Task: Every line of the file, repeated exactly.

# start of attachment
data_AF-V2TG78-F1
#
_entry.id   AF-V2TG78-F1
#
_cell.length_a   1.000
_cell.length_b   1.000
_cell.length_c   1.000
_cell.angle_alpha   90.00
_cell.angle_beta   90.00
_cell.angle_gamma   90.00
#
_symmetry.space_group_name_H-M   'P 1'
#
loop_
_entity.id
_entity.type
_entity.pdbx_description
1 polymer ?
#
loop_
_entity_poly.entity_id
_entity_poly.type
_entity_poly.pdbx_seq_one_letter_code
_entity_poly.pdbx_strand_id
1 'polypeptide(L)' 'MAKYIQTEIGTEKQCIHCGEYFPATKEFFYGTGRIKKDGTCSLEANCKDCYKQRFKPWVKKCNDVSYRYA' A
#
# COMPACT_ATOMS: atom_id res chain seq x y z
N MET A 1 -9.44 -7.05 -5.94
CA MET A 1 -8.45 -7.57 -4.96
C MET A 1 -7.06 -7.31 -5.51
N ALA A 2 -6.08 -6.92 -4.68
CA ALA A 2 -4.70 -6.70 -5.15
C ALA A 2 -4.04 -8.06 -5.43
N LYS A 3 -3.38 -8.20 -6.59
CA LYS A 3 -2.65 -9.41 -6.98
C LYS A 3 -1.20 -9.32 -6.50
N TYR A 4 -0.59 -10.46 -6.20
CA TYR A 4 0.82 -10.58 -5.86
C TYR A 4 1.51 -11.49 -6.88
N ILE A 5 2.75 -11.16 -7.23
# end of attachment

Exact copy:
data_AF-V2TG78-F1
#
_entry.id   AF-V2TG78-F1
#
_cell.length_a   1.000
_cell.length_b   1.000
_cell.length_c   1.000
_cell.angle_alpha   90.00
_cell.angle_beta   90.00
_cell.angle_gamma   90.00
#
_symmetry.space_group_name_H-M   'P 1'
#
loop_
_entity.id
_entity.type
_entity.pdbx_description
1 polymer ?
#
loop_
_entity_poly.entity_id
_entity_poly.type
_entity_poly.pdbx_seq_one_letter_code
_entity_poly.pdbx_strand_id
1 'polypeptide(L)' 'MAKYIQTEIGTEKQCIHCGEYFPATKEFFYGTGRIKKDGTCSLEANCKDCYKQRFKPWVKKCNDVSYRYA' A
#
# COMPACT_ATOMS: atom_id res chain seq x y z
N MET A 1 -9.44 -7.05 -5.94
CA MET A 1 -8.45 -7.57 -4.96
C MET A 1 -7.06 -7.31 -5.51
N ALA A 2 -6.08 -6.92 -4.68
CA ALA A 2 -4.70 -6.70 -5.15
C ALA A 2 -4.04 -8.06 -5.43
N LYS A 3 -3.38 -8.20 -6.59
CA LYS A 3 -2.65 -9.41 -6.98
C LYS A 3 -1.20 -9.32 -6.50
N TYR A 4 -0.59 -10.46 -6.20
CA TYR A 4 0.82 -10.58 -5.86
C TYR A 4 1.51 -11.49 -6.88
N ILE A 5 2.75 -11.16 -7.23